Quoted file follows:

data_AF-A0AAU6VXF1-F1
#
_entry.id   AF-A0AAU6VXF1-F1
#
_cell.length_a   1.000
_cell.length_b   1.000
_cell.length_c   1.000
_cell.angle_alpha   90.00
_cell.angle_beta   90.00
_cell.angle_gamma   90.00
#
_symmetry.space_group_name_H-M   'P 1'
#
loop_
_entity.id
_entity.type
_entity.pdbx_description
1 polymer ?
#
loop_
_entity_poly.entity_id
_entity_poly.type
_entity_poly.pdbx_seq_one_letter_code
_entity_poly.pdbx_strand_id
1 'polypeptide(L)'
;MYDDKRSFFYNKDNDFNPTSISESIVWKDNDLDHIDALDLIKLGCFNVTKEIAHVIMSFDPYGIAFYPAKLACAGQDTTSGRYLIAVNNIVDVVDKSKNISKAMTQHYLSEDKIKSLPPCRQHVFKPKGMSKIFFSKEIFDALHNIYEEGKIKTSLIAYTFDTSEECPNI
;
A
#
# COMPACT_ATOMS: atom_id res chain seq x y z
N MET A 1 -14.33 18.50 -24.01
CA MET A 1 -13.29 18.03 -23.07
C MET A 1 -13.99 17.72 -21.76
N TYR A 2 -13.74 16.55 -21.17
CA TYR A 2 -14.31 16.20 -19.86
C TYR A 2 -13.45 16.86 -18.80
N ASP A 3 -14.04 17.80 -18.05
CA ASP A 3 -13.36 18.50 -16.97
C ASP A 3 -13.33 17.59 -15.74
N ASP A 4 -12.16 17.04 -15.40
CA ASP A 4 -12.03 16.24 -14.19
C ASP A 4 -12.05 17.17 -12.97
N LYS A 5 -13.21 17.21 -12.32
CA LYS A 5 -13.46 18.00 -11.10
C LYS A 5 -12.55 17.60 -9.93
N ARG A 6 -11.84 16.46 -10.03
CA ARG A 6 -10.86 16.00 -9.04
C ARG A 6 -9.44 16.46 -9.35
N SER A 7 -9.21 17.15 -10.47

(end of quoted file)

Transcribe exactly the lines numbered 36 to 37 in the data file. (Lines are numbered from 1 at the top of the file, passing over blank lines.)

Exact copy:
C TYR A 2 -13.45 16.86 -18.80
N ASP A 3 -14.04 17.80 -18.05